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  1. #1
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    Traveling questions - Bike tool on a plane? helmet worth taking?

    Has anyone tried to take a multitool in carry-on (on US flights) recently? Will TSA let this fly?

    Also, I'm renting a bike at my destination. Bringing my shoes. Wondering if it's worth it to bring my own helmet... or should I just use whatever the rental shop has on hand?

  2. #2
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    I carried a multi-tool as well as a metal pump on my flight to Austria last year. I got hassled a bit leaving town (they pulled it out to check for blades) but the international airports didn't give it another look. I also carried my helmet on the outside of my backpack with no issues. For our TdF trip this year we carried our helmets in panniers and I left the tools in the bike cases. No issues at all doing it that way.
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  3. #3
    Go make a difference
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    In my experience, as long as the tool does not have any blades, you should be fine with minimal hassle. As for the helmet, I'm kind of particular about that sort of thing so I always carry my own helmet whether biking, paddling, climbing and now skiing (buying a new one just for that). Paddling helmets aren't as bad because most companies will dip their helmets in SInk the Stink to clean / disinfect them, whereas bike shops with rental gear don't typically consider that which is kind of disgusting, IMO, since folks actually sweat in cycling helmets!
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  4. #4
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    I forgot a small set of allen keys in my backpack that I was bringing as carry on in the plane once.

    I had no issues from San Francisco to Toronto. When boarding my connecting flight from Toronto to Montreal, I was told could not not have the allen keys in my backpack.

    Bottom line, I double check all my packs before boarding the plane now. I definitely would not try travelling with a multi-tool even if I might not have issues every time. I just sucks to loose bike tools at an airport security checkpoint.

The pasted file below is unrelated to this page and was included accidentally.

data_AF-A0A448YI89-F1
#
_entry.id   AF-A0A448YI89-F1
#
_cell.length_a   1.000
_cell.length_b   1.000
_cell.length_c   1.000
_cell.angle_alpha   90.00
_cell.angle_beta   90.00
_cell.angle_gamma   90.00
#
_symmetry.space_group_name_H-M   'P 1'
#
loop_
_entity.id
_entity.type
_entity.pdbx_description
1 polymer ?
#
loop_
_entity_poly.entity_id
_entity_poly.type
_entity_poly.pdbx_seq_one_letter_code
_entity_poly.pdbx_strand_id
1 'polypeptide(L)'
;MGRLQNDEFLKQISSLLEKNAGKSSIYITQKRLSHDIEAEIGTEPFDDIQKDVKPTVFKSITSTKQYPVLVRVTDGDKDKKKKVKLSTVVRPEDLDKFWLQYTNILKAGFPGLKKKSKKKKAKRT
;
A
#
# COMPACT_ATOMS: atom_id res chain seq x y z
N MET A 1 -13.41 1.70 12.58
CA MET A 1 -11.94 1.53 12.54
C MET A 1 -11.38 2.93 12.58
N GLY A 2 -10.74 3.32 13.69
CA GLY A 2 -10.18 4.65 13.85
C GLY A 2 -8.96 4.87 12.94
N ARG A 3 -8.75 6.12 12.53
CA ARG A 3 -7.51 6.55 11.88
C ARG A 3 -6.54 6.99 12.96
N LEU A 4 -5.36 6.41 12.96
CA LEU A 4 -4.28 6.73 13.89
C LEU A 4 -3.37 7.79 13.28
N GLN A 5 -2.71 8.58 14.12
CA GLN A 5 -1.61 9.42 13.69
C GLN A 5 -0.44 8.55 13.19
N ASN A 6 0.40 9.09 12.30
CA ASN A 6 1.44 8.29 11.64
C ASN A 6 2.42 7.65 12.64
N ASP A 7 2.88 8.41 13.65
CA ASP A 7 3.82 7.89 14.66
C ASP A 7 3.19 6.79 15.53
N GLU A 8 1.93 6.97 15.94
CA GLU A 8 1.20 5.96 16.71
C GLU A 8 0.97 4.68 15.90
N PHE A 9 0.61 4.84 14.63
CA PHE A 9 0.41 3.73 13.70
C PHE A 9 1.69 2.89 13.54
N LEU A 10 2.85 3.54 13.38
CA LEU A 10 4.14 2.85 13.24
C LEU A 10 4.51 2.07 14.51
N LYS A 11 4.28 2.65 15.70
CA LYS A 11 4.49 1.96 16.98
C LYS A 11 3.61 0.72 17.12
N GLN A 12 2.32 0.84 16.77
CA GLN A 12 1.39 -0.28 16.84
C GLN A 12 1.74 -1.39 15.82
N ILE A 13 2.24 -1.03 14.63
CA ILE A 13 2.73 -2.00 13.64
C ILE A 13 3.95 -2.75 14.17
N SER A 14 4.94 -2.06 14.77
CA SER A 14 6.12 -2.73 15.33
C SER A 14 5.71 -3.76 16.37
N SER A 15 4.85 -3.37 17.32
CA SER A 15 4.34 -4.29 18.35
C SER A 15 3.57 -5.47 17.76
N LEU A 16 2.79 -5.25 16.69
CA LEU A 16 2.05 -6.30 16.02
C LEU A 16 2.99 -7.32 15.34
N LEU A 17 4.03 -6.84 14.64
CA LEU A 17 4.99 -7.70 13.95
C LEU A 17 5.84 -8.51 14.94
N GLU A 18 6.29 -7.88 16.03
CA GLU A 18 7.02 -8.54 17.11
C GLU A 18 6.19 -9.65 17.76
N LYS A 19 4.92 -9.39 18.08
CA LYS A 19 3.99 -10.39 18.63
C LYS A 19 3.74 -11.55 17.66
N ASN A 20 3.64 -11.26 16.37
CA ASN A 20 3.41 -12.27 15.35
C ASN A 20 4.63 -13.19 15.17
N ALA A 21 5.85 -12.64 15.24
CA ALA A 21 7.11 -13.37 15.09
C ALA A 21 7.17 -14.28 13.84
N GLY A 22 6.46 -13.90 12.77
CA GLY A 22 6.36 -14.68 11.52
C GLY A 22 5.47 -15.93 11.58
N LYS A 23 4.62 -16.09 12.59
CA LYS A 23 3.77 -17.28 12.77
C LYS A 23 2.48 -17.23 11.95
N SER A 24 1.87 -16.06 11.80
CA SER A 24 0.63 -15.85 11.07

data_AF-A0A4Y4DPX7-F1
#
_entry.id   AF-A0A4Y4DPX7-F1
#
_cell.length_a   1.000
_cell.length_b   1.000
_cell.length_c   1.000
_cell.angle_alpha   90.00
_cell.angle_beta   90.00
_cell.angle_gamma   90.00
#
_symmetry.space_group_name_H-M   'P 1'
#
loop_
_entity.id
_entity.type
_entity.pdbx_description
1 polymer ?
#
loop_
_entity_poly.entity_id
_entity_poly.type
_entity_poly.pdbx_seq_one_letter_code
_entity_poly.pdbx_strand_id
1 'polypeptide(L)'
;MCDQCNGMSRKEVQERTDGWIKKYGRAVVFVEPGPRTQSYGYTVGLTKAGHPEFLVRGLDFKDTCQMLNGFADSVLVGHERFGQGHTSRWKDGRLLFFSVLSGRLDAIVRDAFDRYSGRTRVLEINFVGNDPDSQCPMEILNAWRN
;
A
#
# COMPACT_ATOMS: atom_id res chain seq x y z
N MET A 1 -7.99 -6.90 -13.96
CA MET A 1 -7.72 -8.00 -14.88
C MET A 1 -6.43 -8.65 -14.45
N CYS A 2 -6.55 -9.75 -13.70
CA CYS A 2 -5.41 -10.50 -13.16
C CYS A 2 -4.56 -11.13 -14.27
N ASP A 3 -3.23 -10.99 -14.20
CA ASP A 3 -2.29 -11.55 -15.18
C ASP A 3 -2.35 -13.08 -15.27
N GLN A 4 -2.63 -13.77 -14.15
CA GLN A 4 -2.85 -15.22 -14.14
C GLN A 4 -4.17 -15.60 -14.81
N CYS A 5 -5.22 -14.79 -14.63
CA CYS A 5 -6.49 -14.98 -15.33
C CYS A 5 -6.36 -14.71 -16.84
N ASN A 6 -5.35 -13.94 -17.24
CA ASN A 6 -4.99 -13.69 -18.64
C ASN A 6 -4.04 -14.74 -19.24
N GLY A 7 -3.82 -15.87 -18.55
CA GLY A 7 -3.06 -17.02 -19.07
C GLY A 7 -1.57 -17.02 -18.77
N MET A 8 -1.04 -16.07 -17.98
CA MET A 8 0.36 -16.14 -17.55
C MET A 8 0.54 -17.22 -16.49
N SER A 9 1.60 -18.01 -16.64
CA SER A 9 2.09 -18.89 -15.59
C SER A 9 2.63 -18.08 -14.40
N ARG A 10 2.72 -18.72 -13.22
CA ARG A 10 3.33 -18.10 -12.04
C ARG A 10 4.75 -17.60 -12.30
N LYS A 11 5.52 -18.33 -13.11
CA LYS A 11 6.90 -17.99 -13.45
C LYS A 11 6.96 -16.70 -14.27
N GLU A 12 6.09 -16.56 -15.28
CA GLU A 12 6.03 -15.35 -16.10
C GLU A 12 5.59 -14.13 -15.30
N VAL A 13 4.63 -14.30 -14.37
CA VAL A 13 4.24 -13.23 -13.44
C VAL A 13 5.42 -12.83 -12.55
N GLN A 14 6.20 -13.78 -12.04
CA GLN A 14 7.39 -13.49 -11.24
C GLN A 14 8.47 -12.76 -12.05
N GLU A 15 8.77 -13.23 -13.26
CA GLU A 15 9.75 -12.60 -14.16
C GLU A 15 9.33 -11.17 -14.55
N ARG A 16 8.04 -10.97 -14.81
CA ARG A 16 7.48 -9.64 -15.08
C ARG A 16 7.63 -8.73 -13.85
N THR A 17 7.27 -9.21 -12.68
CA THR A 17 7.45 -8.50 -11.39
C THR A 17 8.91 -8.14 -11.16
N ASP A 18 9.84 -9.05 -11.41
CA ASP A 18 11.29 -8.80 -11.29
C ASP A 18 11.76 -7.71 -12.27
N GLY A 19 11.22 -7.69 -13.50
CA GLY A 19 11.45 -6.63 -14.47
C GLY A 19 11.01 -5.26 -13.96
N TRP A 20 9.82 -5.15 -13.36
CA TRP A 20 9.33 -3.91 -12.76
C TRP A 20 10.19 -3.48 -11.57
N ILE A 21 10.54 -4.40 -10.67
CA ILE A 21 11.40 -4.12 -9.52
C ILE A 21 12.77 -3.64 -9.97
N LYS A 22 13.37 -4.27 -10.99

Guillaume

  5. #5
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    And I assume the rules between USA and Canada would be pretty much the same, but I don't know for sure.
    Guillaume

  6. #6
    FKA Malibu412
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    I think that if a metal tool is not over a certain length, 8" I believe, and no blades or other threatening looking-could be used as a weapon type attachments, it should go through. Take your own helmet, shoes, pedals.
    "I love the bike. It's my meditation. I think I'm bike-sexual." -Robin Williams

  7. #7
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    Thanks all.
    Tools under 7 inches with no blades are allowed, and I had no issues at all on carry-on... no looks or extra checks at all. Mini bike air pump too.
    It was totally worth bringing my own helmet (and of course shoes too).

  8. #8
    cdouble
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    One ornery TSA agent could ruin your day. Suggest you bring own saddle, grips, and pedals (anywhere you body connects to the bike). Also own helmet. Check it all, or ship ahead of time. I did that for 5 day tour from Durango to moab, and it worked out great. Comforts of home.

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  9. #9
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    I usually bring helmet, frame-pump, a mini-tool and everything I need to fix a flat, and put it in checked-baggage. If you must have it in carry-on, you might consider bringing a cheap one like this:

    Ascent Bare Bones Multi-Tool - Tool Sale

    I have one like this, and while it's a bit short to be super comfortable, it works.

    +1 for bringing a saddle - after my last rental had a painful saddle (and I'm not that picky) I'll probably bring my own next time.
    I ride at night - see my tips for Night Cycling
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  10. #10
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    Shoes, pedals, gloves, helmet, glasses and one kit go in carry-on. That way if your bike doesn't make it you can borrow/ rent a bike until it arrives. TSA does tend to get confused looking at bike pedals in the scanner so you may want to pull them out when going through security or risk them tearing open your bag.

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